Sunday, June 18, 2017

The Atlantic Blob and the Caribbean Blobette: June 18, Update A

I'm on travel, so luckily for you, this week may be a little tricky on updates on a couple of blobs hanging out in the Caribbean and Atlantic - I'll jump in when I can. And where am I visiting? Why, thank you for asking... I'm in the Caribbean. It's a bit breezy here. ;-) 

Caribbean Blobette

This blobette is in the Yucatan area. There is both convection and circulation in the lower half of the troposphere (ooh... first <Science Alert!> of the season - doesn't that make you sing with joy? :-) see below for the Science Alert on 'troposphere' if you need a refresher) - although the convection is very disorganized and I agree with the NHC on that. If Mother Nature got it a little more organized, this would become a Tropical Depression with a very rapid jump to Tropical Storm because that's all it would take. But for now, the NHC have it under observation. They will be sending in a Hurricane Hunter plane tomorrow if needed. The forecast is that it will move over the Yucatan peninsula and into the Gulf, where it will become a tropical storm. Where she goes when in the Gulf is a little tricky to figure out at the moment, because we don't quite know where her current center is... I think the center is a little north and east of where the NHC think it is (it looks like they have the 'x' at 19N, 86W):

To me, it looks like it is actually going to pass a little more through the Yucatan Channel, perhaps clipping the peninsula. As a consequence, I think it may be a little stronger than the NHC think and as soon as the convection gets organized, I think she'll be a Tropical Storm. 

<Science Alert!The troposphere. Our atmosphere is divided into layers – like a delicious trifle or seven-layer dip or lasagna (depending on what country you are from). In each layer the air temperature either increases with height or decreases with height. The troposphere is one of these layers. It is the lowest section of our atmosphere and extends up from the earth (ground zero if you like) to about 15-16km in the equatorial regions, and to about 8km in the polar regions of the planet. This is the layer of the atmosphere we live in, this is the layer we breathe. All our 'weather' essentially occurs in the troposphere. The troposphere is defined by decreasing air temperature with increasing height. You would know this if you climbed a mountain. Or the easier option, of course, is to just look at pictures of mountains and see the snow at the top (known as the ‘Flat Florida Option’). ;-) The top of the troposphere is called the tropopause. Strong tropical storms have clouds that reach as high as the tropopause - and in a few very strong cases, they can extend even higher into the next layer up - into the stratosphere, which is the layer of the atmosphere above the troposphere. The stratosphere is defined by air temperature increasing with height. The ozone hole is in the stratosphere. The top of the stratosphere is around 50km height and is marked by the stratopause. And the layer above that is mesosphere, where air temperature decreases with height again... and so we go on until we get to space...<End Science Alert!>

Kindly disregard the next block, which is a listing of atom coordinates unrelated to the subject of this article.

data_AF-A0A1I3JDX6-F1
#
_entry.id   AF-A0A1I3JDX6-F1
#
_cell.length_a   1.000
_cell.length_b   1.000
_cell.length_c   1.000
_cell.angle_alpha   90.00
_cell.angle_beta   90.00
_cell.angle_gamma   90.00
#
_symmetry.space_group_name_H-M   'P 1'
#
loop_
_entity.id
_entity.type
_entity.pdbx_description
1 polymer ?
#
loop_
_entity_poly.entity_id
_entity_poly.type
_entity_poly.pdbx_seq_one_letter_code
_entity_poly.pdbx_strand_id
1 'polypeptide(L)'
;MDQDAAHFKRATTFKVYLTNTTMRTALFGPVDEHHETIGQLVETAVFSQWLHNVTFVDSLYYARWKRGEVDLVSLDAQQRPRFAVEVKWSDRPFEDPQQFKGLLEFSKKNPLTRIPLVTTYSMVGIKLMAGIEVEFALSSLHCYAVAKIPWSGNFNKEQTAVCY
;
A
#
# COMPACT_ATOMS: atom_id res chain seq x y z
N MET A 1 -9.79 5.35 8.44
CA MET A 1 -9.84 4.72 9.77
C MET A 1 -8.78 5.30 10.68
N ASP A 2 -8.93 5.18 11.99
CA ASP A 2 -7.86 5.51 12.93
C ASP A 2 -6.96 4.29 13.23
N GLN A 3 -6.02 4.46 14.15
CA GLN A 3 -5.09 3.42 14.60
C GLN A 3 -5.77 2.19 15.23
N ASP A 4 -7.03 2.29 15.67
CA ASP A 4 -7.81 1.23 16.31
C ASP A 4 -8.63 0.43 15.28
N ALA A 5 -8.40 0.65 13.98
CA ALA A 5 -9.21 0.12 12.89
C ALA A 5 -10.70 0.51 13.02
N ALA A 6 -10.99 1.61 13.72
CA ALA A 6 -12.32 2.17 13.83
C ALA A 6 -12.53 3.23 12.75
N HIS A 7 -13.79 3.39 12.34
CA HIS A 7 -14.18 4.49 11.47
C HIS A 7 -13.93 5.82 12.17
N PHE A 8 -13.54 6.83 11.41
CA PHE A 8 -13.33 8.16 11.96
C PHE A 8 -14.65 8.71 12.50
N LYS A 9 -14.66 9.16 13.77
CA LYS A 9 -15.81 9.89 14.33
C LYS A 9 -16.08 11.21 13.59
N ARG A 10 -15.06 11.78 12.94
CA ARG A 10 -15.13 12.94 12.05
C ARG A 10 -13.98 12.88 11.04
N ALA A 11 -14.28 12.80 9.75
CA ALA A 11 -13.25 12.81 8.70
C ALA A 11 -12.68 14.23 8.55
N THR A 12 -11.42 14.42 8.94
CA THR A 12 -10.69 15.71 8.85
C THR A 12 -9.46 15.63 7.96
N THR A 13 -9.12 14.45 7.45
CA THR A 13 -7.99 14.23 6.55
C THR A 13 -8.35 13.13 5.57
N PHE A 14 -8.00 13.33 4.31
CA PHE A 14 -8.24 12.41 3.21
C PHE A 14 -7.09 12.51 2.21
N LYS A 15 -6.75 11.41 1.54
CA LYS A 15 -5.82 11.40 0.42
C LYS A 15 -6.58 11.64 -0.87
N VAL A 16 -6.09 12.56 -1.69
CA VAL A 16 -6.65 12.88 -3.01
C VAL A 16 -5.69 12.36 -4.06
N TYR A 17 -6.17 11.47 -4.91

Atlantic Blob
This blob is centered around 7.9Nm 52.4W, so it is quite far south and fairly close to Suriname and Guyana - a little unusual to be that far south and so close to South America. It is currently moving west at 23mph. The current forecast is for it to start moving WNW, heading towards the Windward Islands. I don't see any reason for this not to happen, so I'll go with this forecast track. 

The circulation is really very good in the lower half of the troposphere and the convection is also improving as you can see in this satellite imagery video:

I would actually already call this a Tropical Storm, if not a Tropical Depression at this point! However, the NHC have a new term... 'Potential Tropical Storm'. <Minor Rant Alert!> Please note, as far as I can tell, this is a made-up term for advisory policy purposes, not an actual scientific/storm-type designation.  So, apart from being confusing and perhaps unnecessary for most of us, this gives them permission to have... (quote from the NHC site):

"... the option to issue advisories on disturbances that are not yet tropical cyclones, but which pose the threat of bringing tropical storm or hurricane conditions to land areas within 48 hours. Under previous policy this was not possible. These systems are known as Potential Tropical Cyclones in advisory products and are numbered from the same list as depressions."

I'm not against issuing advisories, but they keep introducing extra layers so their policies will allow them to issue these - seems a little backwards and overly complicated to me. Surely there must be a simpler way? <End Minor Rant!>

They will send a plane in to investigate on Monday afternoon and the current forecast is for it to fizzle out after it crosses into the Caribbean. 

The next name is Bret, followed by Cindy (in case she makes an appearance this week too).

Adios for now!


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DISCLAIMER: These remarks are just what I think/see regarding tropical storms - not the opinion of any organization I represent. If you are making an evacuation decision, please heed your local emergency management and the National Hurricane Center's official forecast and the National Weather Service announcements. This is not an official forecast. If I "run away, run away" (Monty Python), I'll let you know. 

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